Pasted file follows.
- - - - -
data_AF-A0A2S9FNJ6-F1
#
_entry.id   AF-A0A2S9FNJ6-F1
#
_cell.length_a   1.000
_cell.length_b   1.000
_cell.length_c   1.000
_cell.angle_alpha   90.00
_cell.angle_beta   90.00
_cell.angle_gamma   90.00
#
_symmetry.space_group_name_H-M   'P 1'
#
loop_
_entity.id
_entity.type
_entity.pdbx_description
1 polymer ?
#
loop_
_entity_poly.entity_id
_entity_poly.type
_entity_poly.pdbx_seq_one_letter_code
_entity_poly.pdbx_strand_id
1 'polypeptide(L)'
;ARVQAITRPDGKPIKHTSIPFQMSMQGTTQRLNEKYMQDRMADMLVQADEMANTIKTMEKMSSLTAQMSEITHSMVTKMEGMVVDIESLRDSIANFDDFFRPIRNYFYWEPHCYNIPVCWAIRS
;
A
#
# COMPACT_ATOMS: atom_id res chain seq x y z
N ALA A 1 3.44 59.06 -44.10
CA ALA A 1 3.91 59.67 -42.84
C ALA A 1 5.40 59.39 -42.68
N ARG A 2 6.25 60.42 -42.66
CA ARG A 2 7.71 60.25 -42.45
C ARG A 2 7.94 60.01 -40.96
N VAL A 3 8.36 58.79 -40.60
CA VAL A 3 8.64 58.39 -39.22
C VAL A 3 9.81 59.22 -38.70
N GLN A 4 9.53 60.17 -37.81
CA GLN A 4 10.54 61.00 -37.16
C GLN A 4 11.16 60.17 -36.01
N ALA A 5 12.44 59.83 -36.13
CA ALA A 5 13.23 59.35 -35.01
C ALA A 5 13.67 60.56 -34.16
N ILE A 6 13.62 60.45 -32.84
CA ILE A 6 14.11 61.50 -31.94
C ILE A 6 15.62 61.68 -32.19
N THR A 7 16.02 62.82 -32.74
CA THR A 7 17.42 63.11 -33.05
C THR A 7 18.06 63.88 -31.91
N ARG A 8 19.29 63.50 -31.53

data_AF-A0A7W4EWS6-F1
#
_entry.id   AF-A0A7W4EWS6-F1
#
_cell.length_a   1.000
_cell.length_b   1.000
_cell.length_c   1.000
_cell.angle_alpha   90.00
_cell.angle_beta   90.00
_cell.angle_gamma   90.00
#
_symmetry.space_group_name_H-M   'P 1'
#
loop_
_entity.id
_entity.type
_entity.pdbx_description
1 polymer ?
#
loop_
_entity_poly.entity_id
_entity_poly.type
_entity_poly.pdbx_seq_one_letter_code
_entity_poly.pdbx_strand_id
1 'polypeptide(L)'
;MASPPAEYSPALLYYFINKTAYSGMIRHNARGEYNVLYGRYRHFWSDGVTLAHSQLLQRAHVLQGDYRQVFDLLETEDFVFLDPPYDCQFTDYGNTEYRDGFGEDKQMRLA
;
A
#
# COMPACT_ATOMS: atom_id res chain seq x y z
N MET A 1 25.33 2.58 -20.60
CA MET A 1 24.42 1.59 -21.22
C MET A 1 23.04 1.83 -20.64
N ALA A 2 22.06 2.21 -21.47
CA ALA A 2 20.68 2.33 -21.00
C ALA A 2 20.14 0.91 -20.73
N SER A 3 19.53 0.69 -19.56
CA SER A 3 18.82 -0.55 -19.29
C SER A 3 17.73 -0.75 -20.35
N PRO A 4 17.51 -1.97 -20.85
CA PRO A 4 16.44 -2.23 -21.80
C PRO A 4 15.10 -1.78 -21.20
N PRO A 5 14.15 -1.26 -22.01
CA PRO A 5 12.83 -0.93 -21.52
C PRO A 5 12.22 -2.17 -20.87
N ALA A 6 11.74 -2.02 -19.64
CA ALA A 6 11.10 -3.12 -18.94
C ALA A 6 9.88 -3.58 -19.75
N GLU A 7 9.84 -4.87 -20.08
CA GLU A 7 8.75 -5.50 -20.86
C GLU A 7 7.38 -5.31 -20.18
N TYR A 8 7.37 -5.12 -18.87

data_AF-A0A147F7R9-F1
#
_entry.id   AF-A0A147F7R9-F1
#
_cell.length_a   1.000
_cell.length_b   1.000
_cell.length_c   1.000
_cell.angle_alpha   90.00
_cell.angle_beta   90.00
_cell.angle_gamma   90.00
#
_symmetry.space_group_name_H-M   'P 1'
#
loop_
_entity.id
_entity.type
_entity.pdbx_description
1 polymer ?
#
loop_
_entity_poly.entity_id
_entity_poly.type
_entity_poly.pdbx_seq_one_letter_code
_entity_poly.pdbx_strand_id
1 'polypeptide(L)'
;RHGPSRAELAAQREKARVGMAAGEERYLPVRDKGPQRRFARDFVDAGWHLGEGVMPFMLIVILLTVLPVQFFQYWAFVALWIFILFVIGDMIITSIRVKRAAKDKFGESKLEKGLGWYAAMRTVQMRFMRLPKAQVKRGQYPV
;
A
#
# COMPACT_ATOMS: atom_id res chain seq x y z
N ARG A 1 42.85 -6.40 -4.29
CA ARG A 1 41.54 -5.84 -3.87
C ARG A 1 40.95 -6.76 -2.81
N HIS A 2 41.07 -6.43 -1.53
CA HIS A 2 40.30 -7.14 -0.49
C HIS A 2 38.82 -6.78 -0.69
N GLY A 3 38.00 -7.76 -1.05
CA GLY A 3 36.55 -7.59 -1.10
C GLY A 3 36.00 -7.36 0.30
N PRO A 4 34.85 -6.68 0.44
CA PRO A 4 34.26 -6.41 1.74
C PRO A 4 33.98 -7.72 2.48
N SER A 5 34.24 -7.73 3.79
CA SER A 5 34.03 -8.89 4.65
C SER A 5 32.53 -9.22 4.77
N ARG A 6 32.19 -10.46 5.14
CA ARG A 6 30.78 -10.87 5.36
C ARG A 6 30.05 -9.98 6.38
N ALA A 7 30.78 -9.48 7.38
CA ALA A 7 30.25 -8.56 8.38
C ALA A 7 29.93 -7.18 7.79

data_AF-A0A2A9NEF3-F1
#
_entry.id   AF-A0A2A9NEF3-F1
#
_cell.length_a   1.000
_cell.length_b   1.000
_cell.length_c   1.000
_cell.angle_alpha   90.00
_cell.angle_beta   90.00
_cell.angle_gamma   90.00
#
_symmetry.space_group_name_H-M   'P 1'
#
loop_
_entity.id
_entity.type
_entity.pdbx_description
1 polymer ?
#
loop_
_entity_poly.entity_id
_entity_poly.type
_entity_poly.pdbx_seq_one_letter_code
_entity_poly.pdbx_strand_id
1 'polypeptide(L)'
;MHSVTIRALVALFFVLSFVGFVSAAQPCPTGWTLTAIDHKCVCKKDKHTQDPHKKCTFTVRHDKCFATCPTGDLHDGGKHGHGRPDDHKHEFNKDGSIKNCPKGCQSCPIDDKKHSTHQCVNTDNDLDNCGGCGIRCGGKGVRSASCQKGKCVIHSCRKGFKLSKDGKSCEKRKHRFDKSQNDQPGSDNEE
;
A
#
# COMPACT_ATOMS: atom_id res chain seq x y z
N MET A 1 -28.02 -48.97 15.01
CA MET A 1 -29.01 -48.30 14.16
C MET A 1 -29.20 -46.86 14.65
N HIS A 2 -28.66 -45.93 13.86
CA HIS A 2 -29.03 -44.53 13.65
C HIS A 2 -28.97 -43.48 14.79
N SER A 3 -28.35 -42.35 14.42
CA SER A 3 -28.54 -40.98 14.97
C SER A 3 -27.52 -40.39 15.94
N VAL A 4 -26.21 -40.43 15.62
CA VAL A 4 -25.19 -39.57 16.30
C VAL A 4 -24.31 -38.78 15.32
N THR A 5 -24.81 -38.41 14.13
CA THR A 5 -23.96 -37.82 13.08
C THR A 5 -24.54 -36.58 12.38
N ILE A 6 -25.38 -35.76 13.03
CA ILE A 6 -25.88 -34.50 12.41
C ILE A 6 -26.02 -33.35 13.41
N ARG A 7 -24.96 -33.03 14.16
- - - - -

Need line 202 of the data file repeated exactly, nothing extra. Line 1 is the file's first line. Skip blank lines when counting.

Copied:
CA ILE A 6 -25.88 -34.50 12.41